A training environment that promotes student initiatives and inclusivity: The HGG program promotes and has adopted student-initiatives to enhance diversity and inclusivity. These include a HGG-initiated, JHUSOM-wide committee and seminar series to address issues impacting the role and visibility of individuals with physical and mental disabilities in science and medicine (Equal Access in Science and Medicine); a seminar and discussion forum within HGG that addresses issues of race and gender-based inequities in genetics (Equity in Genetics); and a forward-looking effort to foster relationships with historically black colleges and universities (HBCU) to enhance research experience and expand opportunity for careers in science amongst undergraduates populations that are underrepresented in science (BUILD2ASCEND). We are currently planning with Dr Hohmann (PI of the BUILD grant at Morgan State University; MSU), to establish a long-term commitment to the program at MSU (and other HBCU). We aim to begin by developing a mini-symposium by HGG students presenting their thesis research to engage interested MSU students. This will provide HGG students with teaching and mentorship experience and provide MSU students with research and career development experience that have immediate and long-term consequences.
The Johns Hopkins Training Program in Human Genetics and Genomics (HGG) has grown steadily since its inception in 1980 in parallel with the spectacular growth of genetics and genomics and their application to medicine over the last three decades. Similarly, the Johns Hopkins School of Medicine (SOM) continues to make commitments to human genetics as evidenced by the establishment of the McKusick-Nathans Institute of Genetic Medicine (IGM) in 1999, and the McKusick-Nathans Institute of Genetic Medicine | Department of Genetic Medicine (DGM) in 2019; as well as the provision of state of the art research space in 2004, and the 2009 introduction of a new medical school curriculum known as The Genes to Society curriculum, which has genetics and genetic-thinking as an underlying principle. In 2013, the DGM continued to grow with the field by partnering with the Johns Hopkins Bloomberg School of Public Health (JHSPH) and the National Human Genome Research Institute (NHGRI) to create the Maryland Genetics, Epidemiology, and Medicine Training Program (MD-GEM), funded by the Burroughs Wellcome Fund/MD-GEM takes a multidisciplinary approach by combining the expertise of all three institutions, to foster the development of a new generation of scientists.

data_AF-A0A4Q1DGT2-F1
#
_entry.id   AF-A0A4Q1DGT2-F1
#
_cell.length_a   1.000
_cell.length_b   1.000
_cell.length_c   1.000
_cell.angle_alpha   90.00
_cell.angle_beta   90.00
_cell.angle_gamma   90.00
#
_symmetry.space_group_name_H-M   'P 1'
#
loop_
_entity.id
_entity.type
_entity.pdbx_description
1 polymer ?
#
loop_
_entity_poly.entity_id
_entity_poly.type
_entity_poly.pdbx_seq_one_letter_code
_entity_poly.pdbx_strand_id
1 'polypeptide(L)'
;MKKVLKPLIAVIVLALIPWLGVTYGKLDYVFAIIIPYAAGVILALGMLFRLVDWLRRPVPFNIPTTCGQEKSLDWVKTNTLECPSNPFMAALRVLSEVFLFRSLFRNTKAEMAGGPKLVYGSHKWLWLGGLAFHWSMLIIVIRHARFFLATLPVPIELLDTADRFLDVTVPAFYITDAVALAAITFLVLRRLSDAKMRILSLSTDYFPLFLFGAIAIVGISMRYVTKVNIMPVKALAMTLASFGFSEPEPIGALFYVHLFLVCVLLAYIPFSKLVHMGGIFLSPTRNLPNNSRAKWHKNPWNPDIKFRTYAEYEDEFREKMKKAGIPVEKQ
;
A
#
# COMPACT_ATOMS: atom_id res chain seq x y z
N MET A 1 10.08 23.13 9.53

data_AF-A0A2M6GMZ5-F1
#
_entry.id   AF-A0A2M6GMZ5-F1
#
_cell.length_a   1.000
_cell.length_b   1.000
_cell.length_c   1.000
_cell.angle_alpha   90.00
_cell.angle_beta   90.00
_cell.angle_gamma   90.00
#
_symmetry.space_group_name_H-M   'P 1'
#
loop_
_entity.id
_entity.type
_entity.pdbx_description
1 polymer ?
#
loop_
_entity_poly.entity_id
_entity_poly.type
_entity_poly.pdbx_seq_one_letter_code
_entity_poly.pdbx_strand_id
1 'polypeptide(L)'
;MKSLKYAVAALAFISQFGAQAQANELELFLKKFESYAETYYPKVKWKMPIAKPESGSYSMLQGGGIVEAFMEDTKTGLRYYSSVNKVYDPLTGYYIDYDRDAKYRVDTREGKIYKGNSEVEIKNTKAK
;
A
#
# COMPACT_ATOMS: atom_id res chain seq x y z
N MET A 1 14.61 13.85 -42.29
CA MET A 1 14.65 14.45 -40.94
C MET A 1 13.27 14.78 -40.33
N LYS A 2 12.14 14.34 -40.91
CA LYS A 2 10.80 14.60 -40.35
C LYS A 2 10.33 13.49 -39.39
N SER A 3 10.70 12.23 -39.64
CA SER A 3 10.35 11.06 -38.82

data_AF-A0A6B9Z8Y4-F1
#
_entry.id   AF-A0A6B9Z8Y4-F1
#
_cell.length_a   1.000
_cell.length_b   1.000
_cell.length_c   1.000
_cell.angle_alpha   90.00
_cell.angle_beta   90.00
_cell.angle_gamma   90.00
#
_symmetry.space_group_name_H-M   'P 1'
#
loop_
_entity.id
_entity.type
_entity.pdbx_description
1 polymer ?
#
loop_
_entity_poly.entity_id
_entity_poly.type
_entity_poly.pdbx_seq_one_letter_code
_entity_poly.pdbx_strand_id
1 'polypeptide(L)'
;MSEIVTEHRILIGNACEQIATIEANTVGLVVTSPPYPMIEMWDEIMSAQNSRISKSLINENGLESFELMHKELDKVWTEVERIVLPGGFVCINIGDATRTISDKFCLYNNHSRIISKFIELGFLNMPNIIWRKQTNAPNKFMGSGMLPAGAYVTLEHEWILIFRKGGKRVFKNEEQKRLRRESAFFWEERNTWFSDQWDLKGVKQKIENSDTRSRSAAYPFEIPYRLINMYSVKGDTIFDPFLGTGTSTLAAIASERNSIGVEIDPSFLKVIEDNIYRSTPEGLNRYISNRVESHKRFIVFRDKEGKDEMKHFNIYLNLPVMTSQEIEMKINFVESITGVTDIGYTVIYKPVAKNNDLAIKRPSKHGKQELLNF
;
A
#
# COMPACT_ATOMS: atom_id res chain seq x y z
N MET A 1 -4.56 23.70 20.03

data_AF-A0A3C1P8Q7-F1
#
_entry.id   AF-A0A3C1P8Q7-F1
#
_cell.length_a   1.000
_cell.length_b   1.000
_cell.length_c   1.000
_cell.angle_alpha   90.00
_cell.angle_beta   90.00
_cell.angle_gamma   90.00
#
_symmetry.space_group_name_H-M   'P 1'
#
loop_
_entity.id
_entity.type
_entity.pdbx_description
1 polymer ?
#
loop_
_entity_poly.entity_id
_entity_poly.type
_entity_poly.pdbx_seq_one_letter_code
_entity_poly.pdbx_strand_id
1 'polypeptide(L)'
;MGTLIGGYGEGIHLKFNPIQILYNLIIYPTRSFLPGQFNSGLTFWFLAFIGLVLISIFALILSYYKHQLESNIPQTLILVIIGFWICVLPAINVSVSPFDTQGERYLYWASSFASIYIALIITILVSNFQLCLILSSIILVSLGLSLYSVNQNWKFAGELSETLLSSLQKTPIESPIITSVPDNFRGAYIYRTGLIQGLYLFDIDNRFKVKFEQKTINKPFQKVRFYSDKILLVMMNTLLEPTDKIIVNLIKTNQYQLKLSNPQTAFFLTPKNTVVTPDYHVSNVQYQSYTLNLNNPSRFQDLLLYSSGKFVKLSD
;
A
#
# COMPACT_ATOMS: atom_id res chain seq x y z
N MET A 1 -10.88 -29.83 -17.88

Administrative Structure and Program Leadership
Administrator: Sandy Muscelli
The directors work closely with the Program Administrator, Ms. Sandy Muscelli, to deal with the day-to-day responsibilities of the program. Dr. McCallion served as Assistant Director for several years and provides valuable guidance to students throughout their training. Dr. Doheny is a 1993 graduate of the Human Genetics Program, providing guidance in the areas of large-scale genomics, technology development, clinical diagnostics and career development. Ms. Muscelli continues to serve as the Administrator for HGG, a position she has held since 1989. She organizes all aspects of the recruitment and admission processes, manages the budget, and handles the daily administrative duties. She should be the first person you contact if you have problems.
Additional input is provided by members of the Executive Committee: David Valle (chair), Professor of Genetic Medicine and former training program director from 1988-2021, Dan Arking, Professor of Genetic Medicine, Mary Armanios, Professor of Oncology, Hilary Vernon, Associate Professor of Genetic Medicine and Ambrose Wonkam, Professor and Director, Department of Genetic Medicine. All members of the Executive Committee are extensively involved in the selection and recruitment of our students and in counseling students with questions and/or problems.
Student Representatives are elected from each class to speak on behalf of students throughout their graduate careers. Responsibilities include organizing events throughout the academic year including the Barton Childs Lecture and events, student activities related to recruiting, the practice talks for students prior to their comprehensive exams, and orientation for the incoming first years. Additionally, the senior student representative attends faculty meeting and convey pertinent information from these meetings to all HGG students. When necessary, they act as a conduit between the students and program administration.